In the past year we have faced many challenges, not the least of which has been a global health crisis which continues to take its toll on our communities. The pandemic has raised awareness of the general indoor air quality (IAQ) topic, including not only aspects related to pathogens like the SARS-CoV-2 virus, but also aspects related to other contaminants (dust, allergens, volatile organic compounds, etc.). People were already spending almost 95% of their time in enclosed spaces, and this percentage became even higher with the pandemic, so IAQ and the technologies that can preserve or improve it have taken center stage. In fact, the awareness has extended to the broader indoor environmental quality subject, of which IAQ is one element.
We expect the pandemic to have a lasting impact on IAQ and associated technologies and products, just as 9/11 changed air travel security forever. There is already a vast number of IAQ products in the market; the products span a wide range of technologies, have a wide range of properties, and deliver a wide range of performance. Each vendor reports its own performance results, usually derived from tests conducted under the vendor’s assumptions and chosen conditions. Furthermore, there are multiple performance criteria and different products may exhibit different relative performance with respect to different criteria, leading to trade-offs.
For example, product X may outperform product Y with respect to criterion A, while product Y may outperform product X with respect to criterion B. The inability to visualize the effects of these technologies further complicates the task of performing individual or comparative evaluations: if a pathogen is visible only with a microscope, how do you know if a technology inactivates that pathogen and, if so, how fast? How do you know which of two technologies will be more effective under a particular set of conditions?
The factors mentioned above have led to significant confusion in the market: customers do not know what to believe, whom to trust, or which technology to select. Trane® has recognized the need for comparative evaluation of IAQ technologies and has recently conducted lab testing of various technologies to empower field personnel to have a facts-based discussion with customers, enabling them to make an informed decision about which technology (or technologies) to deploy.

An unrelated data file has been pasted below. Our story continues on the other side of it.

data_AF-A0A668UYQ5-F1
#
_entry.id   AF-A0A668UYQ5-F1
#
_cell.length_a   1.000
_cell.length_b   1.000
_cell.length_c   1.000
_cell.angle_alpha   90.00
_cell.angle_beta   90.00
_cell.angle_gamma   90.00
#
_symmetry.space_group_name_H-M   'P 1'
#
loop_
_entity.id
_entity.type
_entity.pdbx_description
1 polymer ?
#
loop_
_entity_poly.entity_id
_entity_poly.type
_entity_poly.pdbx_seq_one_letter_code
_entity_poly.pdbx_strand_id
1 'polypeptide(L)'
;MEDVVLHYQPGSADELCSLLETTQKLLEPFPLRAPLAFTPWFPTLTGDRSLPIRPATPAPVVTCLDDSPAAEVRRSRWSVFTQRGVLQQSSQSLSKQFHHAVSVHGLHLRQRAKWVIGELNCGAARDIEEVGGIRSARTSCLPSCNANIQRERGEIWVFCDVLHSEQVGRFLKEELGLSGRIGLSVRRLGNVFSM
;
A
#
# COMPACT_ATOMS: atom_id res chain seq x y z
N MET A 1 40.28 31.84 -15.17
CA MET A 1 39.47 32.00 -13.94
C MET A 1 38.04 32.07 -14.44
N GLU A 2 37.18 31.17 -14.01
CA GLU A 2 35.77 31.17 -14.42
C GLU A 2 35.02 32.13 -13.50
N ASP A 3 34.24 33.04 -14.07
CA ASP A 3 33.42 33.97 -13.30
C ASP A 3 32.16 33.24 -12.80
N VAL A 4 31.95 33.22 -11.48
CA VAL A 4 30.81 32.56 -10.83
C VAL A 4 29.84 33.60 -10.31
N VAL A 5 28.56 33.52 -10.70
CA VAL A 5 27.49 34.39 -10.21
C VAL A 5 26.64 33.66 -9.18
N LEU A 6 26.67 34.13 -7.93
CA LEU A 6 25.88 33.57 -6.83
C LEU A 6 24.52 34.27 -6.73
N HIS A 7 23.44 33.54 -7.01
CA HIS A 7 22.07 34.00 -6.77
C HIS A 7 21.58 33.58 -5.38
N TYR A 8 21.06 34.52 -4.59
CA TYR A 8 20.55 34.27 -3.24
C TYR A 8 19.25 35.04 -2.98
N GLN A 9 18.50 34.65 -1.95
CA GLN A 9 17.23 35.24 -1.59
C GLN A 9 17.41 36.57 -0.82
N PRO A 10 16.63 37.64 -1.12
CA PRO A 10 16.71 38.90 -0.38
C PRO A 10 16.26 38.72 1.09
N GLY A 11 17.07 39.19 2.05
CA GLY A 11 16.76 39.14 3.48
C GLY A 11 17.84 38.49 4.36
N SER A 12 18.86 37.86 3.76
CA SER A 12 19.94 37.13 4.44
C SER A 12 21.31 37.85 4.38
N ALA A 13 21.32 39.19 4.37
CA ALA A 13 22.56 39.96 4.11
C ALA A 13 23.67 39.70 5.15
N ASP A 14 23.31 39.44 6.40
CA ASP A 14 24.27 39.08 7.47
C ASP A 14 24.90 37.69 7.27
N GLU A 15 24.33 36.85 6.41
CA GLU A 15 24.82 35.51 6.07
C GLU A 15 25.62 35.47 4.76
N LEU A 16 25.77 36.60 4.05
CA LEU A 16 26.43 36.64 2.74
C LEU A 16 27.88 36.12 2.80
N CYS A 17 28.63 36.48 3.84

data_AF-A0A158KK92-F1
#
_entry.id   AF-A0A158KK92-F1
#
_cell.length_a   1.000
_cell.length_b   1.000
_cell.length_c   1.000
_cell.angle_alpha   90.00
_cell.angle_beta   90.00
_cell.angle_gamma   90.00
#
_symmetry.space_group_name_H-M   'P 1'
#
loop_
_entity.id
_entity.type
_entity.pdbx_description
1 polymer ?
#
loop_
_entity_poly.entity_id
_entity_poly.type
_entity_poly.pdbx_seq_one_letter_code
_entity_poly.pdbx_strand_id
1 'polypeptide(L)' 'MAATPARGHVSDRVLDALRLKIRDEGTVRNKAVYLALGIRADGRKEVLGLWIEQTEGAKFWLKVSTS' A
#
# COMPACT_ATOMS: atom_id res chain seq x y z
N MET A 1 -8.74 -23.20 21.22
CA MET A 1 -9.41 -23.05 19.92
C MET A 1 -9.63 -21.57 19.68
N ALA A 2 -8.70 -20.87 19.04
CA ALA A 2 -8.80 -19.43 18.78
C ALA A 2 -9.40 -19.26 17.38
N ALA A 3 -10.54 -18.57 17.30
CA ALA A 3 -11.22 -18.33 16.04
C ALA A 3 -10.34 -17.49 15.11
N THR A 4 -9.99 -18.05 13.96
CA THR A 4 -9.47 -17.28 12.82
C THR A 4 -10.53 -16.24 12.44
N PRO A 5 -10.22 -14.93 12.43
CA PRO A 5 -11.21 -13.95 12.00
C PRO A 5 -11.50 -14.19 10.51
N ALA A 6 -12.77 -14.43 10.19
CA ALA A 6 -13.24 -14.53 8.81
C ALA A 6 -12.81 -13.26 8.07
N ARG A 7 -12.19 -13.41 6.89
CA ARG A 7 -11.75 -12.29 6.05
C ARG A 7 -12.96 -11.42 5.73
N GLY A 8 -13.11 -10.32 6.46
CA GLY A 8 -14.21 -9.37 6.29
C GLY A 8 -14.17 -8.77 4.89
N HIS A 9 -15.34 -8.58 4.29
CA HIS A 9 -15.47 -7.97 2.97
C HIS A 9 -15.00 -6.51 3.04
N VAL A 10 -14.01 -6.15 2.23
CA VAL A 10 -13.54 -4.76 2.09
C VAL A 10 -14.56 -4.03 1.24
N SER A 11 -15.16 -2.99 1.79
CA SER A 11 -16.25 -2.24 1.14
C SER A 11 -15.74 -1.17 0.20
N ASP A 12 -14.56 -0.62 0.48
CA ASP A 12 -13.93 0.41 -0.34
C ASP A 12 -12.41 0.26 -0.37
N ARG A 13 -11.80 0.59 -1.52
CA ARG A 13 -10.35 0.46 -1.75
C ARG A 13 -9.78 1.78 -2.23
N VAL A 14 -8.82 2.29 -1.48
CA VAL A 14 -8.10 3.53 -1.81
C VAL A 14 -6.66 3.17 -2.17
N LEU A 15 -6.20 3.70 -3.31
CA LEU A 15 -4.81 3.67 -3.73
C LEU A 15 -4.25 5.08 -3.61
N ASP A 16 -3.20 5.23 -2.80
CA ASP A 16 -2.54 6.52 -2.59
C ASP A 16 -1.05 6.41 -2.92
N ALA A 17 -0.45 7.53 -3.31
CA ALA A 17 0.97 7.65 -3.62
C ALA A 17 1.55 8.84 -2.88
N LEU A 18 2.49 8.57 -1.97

We tested a broad range of technologies including filters, UL 867 bipolar ionization (BPI), dry hydrogen peroxide (DHP), photocatalytic oxidation (PCO) – both regular and graphene-enhanced, and ultraviolet germicidal irradiation (UVGI). We tested both in-duct and in-room devices. For each technology, we tested products from reputable vendors, but there is no assurance that the products are representative of their respective technology categories or offer best in class performance, so our results may not generalize to the entire technology category.
The tests were performed by an independent lab (LMS Technologies) in a 1,007 cubic foot chamber, which is one of the largest of its kind. Still, the chamber is much smaller than real spaces, so the devices tested were probably oversized for the chamber. The testing conditions were varied to simulate different deployment scenarios. For example, the simulated HVAC airflow was varied to correspond to different air changes per hour. It is impossible to simulate every possible situation that may be encountered in real deployments; however, all technologies were evaluated under the same conditions, which allows for meaningful comparisons.
The technologies were tested against multiple types of contaminants. We used contaminants that represented multiple categories, including viruses, bacteria, volatile organic compounds (VOCs) and particulates. We tested for reduction of pathogens both in the air and on surfaces. We monitored the potential generation of common byproducts. However, it is not practical to test against a long list of contaminants, let alone an exhaustive one; we recognize this limitation.
Here are our main conclusions:
- All of the products tested exhibited some level of efficacy against some contaminants under certain conditions.
- There is no silver bullet for IAQ: there was not a single dominant product whose performance surpassed that of all other products under all testing conditions.
- The situation above is further complicated by the fact that the selection of an IAQ solution will typically involve criteria beyond performance: cost (first cost and total cost of ownership), maintenance effort, energy consumption, availability / procurement lead time, suitability for new installations or retrofits, etc.
- It is very likely that the selection of an IAQ solution will depend on the criteria that are important for the particular application and on the relative weights assigned to those criteria.
- To meet the performance requirements of certain scenarios it may be necessary to deploy a layered approach that involves more than one technology.
Does the lack of a succinct, definitive answer imply that the testing was a futile exercise? Quite the opposite! We gained invaluable insights about the technologies, their relative strengths, the factors that affect performance, the various contaminants, the proper metrics, etc. IAQ is inherently complex, and we cannot magically remove this complexity.
Trane is a trusted advisor who can understand a customer’s particular needs and recommend the right solution from a broad portfolio of products rather than promote a single product.
See https://www.bls.gov/news.release/pdf/atus.pdf, https://www.nature.com/articles/7500165, https://snowbrains.com/brain-post-much-time-average-american-spend-outdoors/, https://www2.deloitte.com/us/en/insights/economy/issues-by-the-numbers/decoding-american-time-use.html, and https://ww2.arb.ca.gov/sites/default/files/2020-05/board-presentation-03-17-05.pdf.